Dairy judging

Contests were different this year but still gave students opportunities to learn agriculture skills, such as dairy judging both virtually and in-person.

In a year that could be filled with excuses, Norfolk FFA members have continued to take and make opportunities. The year started with guidelines and restrictions, which turned out to be just forks in the road.

Community service took a local path this year. Members raised $864 and bought blankets, clothes, bathroom supplies and toys to donate to families at the Norfolk Rescue Mission. The members worked to buy all that they could through local businesses like Kookaburras right here in Norfolk instead of online. Students also have donated 123 homegrown salads and 27 cooked or freshly processed broiler chickens to the rescue mission.

The students also have composted or vermicomposted 184 pounds of classroom wastes to lower the FFA’s environmental footprint.

The fresh fertilizers will be spread on the FFA’s garden that was revamped through grants from the FFA Alumni and National FFA’s Living to Serve project.

Members found different pathways to learn leadership skills.

Aurora Cooperative presented a virtual workshop with Adam Carriker explaining to students how to show up and be prepared for whatever life gives them.

The state FFA provided a Make it Count workshop that taught students how to develop events.

FFA members then went on to learn how there are many different paths to take during a virtual National Convention Jumanji Workshop provided by the National FFA but put on by our own members.

These workshops reached a pinnacle when National FFA Vice President Artha Jonassaint presented a live, virtual 

workshop for the Norfolk FFA on values.

FFA members also created new leadership paths with their own leadership opportunities. Students organized and implemented a virtual Women in Agriculture Conference that included Dr. Jami Jo Thompson, Julie Wragge and Claudia Leubner. Students came together to carve pumpkins bought from Lutheran High Northeast FFA. The FFA even had a virtual Leadership Skills Event practice on Facebook.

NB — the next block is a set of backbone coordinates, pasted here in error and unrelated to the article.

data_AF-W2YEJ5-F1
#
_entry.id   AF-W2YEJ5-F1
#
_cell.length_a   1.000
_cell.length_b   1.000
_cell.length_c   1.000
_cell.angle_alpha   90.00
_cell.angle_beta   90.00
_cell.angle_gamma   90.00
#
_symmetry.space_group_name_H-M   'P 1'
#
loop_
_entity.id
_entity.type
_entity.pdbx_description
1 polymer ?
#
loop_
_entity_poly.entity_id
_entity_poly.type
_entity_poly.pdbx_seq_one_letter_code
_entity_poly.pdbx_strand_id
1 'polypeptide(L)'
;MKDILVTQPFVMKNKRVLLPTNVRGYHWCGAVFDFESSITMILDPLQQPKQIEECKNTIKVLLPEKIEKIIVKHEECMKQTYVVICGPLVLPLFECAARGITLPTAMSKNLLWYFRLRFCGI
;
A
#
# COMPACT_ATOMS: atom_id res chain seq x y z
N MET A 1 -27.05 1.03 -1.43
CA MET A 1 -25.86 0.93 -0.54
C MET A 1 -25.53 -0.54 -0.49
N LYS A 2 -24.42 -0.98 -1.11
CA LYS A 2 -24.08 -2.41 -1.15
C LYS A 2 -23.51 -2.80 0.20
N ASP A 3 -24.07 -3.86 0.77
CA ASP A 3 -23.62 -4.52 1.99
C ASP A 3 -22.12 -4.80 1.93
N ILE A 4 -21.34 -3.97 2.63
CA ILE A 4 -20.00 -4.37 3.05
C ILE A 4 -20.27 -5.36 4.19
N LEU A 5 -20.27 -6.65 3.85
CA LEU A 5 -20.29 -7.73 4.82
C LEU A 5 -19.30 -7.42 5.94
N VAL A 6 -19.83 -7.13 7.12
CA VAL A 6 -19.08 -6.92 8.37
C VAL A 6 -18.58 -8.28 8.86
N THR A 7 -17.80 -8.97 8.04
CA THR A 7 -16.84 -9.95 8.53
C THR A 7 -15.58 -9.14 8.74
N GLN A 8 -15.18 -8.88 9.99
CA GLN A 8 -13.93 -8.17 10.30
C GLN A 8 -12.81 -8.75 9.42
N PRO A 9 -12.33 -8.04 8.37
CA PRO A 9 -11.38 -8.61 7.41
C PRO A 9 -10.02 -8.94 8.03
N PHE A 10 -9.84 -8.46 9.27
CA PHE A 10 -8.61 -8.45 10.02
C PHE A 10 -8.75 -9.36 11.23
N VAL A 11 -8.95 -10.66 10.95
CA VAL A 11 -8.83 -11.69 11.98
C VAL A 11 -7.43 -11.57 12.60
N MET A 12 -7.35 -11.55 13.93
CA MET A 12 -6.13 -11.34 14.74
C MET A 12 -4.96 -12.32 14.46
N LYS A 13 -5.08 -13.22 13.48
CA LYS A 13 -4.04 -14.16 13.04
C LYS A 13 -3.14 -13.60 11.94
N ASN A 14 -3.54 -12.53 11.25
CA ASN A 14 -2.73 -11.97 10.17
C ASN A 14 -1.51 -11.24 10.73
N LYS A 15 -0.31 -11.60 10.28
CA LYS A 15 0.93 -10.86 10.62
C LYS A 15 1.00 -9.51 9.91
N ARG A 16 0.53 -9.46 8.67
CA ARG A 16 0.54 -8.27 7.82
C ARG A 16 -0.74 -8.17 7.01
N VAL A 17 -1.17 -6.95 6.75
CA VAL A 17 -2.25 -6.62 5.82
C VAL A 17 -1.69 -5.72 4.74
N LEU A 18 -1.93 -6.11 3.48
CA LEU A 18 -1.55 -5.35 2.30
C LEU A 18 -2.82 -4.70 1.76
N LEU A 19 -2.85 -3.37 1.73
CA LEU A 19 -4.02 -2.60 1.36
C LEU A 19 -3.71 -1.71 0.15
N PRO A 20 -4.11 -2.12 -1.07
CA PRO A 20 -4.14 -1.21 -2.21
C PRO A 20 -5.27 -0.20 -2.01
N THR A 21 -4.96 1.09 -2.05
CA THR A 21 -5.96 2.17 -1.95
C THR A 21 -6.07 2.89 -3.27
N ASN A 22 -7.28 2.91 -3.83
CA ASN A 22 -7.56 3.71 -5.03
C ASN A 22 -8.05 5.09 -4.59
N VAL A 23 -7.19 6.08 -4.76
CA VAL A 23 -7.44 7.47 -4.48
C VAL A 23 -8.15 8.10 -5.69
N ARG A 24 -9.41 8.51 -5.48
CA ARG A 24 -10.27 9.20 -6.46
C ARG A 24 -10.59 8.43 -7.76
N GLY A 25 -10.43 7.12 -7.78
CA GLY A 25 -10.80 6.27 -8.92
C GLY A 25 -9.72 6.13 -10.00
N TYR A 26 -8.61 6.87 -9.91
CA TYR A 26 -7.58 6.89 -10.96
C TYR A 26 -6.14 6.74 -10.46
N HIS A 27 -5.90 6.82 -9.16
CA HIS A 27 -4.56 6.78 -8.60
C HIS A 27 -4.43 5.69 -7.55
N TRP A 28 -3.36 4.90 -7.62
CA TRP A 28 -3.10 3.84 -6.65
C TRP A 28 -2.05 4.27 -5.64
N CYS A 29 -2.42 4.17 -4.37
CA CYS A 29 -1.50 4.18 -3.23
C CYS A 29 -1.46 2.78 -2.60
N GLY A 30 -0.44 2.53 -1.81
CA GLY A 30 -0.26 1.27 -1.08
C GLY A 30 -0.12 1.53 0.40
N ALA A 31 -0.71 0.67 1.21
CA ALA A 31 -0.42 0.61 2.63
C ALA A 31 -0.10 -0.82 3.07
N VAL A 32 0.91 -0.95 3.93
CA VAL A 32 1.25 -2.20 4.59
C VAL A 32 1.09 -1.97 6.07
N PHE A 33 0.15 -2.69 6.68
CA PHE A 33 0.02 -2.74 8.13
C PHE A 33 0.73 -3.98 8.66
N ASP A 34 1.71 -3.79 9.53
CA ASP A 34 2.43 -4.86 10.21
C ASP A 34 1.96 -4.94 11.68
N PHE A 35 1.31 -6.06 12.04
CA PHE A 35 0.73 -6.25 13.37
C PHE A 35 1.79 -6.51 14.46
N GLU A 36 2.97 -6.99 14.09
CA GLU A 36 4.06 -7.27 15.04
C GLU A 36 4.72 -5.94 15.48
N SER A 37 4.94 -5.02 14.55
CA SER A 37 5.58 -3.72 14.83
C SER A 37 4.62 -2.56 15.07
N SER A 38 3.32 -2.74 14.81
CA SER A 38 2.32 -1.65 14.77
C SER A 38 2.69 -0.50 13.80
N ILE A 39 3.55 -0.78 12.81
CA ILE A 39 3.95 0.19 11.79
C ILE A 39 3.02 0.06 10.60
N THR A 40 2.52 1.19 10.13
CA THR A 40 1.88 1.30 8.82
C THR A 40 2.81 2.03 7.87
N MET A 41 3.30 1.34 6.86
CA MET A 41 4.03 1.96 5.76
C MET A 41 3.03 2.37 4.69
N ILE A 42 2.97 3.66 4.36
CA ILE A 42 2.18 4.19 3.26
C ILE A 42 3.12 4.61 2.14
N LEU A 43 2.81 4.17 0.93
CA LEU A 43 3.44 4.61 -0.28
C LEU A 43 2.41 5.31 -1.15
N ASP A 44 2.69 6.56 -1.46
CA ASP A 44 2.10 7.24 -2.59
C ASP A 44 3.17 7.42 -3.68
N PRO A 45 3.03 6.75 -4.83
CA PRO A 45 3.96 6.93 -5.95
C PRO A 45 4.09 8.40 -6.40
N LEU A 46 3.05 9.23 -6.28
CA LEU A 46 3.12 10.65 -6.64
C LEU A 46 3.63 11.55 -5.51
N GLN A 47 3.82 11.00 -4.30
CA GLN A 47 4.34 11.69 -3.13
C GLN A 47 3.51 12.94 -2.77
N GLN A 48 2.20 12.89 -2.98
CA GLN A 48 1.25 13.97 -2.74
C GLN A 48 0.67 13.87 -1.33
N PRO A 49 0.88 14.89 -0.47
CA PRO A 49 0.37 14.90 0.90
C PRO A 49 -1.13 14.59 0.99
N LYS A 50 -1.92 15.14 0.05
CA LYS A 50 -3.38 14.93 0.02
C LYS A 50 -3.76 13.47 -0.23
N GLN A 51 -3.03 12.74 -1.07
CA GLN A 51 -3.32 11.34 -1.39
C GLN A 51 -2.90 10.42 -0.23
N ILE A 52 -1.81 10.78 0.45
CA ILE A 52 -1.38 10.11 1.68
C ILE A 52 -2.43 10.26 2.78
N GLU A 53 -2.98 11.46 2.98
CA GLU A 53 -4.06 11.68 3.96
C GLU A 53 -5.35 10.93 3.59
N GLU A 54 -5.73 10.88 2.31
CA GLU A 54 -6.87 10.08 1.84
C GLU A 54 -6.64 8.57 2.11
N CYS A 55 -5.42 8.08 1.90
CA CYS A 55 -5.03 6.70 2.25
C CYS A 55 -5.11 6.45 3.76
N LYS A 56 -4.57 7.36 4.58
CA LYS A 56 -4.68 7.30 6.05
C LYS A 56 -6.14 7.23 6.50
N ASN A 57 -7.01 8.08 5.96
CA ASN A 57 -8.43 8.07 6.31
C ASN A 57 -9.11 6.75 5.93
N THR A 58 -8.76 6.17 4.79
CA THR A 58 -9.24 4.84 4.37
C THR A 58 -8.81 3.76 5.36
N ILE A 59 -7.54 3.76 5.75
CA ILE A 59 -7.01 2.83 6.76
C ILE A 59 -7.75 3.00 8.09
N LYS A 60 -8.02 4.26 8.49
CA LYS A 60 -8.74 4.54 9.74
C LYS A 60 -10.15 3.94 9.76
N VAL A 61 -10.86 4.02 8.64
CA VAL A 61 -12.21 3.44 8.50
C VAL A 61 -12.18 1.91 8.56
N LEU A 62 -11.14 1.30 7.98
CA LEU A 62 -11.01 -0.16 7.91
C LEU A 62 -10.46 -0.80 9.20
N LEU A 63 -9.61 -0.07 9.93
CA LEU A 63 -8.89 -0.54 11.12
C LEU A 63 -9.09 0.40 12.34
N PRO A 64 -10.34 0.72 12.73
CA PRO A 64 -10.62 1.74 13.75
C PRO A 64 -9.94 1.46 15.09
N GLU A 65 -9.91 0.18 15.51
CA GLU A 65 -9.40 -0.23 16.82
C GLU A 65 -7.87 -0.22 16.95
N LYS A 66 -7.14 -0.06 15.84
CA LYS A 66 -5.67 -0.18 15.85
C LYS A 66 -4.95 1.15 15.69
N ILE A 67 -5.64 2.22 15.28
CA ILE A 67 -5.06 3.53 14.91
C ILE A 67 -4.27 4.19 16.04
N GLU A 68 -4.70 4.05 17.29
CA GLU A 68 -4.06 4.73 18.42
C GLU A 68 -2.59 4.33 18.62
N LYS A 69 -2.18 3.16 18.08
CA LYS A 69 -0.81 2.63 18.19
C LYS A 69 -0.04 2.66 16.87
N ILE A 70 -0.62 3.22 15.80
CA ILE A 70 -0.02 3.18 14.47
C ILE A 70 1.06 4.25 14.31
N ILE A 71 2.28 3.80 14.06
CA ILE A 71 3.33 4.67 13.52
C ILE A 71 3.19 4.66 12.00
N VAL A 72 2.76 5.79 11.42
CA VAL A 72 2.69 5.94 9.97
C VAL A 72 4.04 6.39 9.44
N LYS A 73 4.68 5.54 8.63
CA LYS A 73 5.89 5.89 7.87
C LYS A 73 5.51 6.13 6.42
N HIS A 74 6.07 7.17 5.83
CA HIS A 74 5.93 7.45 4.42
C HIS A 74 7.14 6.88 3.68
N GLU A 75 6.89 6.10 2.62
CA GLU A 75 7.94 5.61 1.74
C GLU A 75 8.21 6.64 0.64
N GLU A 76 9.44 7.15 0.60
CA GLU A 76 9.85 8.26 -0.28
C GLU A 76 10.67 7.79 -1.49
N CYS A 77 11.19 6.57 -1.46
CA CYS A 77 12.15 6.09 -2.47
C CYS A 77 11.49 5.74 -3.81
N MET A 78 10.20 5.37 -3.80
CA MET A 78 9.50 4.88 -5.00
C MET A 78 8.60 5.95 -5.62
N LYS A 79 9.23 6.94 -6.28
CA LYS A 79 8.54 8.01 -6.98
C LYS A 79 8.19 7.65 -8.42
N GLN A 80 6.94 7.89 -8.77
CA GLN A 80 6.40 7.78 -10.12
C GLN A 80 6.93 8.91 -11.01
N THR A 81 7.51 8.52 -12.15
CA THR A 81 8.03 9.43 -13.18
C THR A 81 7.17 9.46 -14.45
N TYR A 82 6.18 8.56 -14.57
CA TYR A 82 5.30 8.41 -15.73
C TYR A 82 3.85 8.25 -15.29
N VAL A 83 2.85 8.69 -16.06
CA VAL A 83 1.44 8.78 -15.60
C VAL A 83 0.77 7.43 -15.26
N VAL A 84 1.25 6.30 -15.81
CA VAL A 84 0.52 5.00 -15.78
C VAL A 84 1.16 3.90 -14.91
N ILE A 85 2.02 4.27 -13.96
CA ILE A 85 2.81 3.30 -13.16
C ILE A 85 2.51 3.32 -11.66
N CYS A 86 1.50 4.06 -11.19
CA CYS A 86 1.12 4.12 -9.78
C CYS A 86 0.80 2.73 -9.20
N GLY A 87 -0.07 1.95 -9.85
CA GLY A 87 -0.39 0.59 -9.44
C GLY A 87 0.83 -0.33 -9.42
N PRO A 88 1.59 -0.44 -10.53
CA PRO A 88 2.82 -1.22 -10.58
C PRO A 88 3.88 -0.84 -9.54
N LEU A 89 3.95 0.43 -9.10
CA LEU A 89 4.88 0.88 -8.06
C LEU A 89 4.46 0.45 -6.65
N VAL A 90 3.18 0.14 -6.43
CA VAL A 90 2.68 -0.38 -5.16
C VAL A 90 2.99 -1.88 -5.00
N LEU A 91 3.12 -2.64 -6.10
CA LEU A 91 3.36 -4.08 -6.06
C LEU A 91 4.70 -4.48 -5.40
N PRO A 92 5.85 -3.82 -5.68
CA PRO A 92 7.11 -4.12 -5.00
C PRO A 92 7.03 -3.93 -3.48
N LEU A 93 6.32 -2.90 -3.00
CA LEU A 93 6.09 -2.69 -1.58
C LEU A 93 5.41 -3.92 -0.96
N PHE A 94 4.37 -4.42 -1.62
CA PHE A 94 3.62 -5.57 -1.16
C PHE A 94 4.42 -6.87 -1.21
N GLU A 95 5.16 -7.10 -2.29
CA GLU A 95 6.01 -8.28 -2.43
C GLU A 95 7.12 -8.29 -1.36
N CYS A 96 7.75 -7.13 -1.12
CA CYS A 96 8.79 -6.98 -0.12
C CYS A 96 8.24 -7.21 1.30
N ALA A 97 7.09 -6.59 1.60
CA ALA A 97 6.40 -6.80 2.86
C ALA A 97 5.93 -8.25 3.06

The FFA members found traditional and new paths to competed in contests.

At the state FFA fair, 32 members earned 17 division champion, reserve champion and overall champion entries in crops, goats and horticulture areas.

District dairy judging gave students a chance to judge in-person, and teams earned blues, but later the teams went on to win virtual state dairy judging.

Land judging was held south of Pierce, and eight members got a chance to judge the variety of soils in Northeast Nebraska. The top team earned a white ribbon.

Contests continued with leadership speaking events that qualified a senior public speaker to the virtual state FFA convention. Livestock judging gave students a chance to evaluate cattle, sheep, swine and even goats all on the same day. And FFA members qualified two proficiencies for state FFA, and three members will earn their state FFA degrees later in the spring.

The Agricultural Classroom has been in session and challenging.

Students have made ethanol, raised garden beds, biodiesel, livestock feed, and raised lettuce, tilapia, chicken, mealworms, hissing cockroaches, succulent plants and red wiggler worms.

The students will finish the year checking water quality, raising more vegetables, goats, calves and pigs, in addition to making wind turbines, wildlife pelts and even a few agriscience fair boards.

All of these activities couldn’t have happened without grants from Farmers Pride Cooperative, Norfolk Public School Foundation’s Class of 1969, local FFA alumni, Lower Elkhorn Natural Resources District, Nebraska Academy of Sciences and the Nebraska FFA Foundation Grants.

In other news

The Nebraska Public Service Commission (PSC) wants to remind producers and dealers of the importance of familiarizing themselves with Nebraska grain laws when it comes to grain dealers.

Spring will be here before we know it. But, even in the winter management decisions can be made to reduce losses caused by some important diseases. The most damaging pathogen of soybean is soybean cyst nematode (SCN) and now is the time to make decisions to control it. If you have confirmed …

In a year that could be filled with excuses, Norfolk FFA members have continued to take and make opportunities. The year started with guidelines and restrictions, which turned out to be just forks in the road.

Whether you planed it originally or held off due to dry conditions in the fall, the time for spring planting alfalfa is just around the corner. Selecting the right seed is crucial, and two traits to consider are fall dormancy and winter survival. These traits are often treated the same, but …

The annual Nebraska On-Farm Research Network research results update meetings will be offered in-person and online in 2021. Farm operators and agronomists from across the state will obtain valuable crop production-related information from on-farm research projects conducted on Nebraska farms…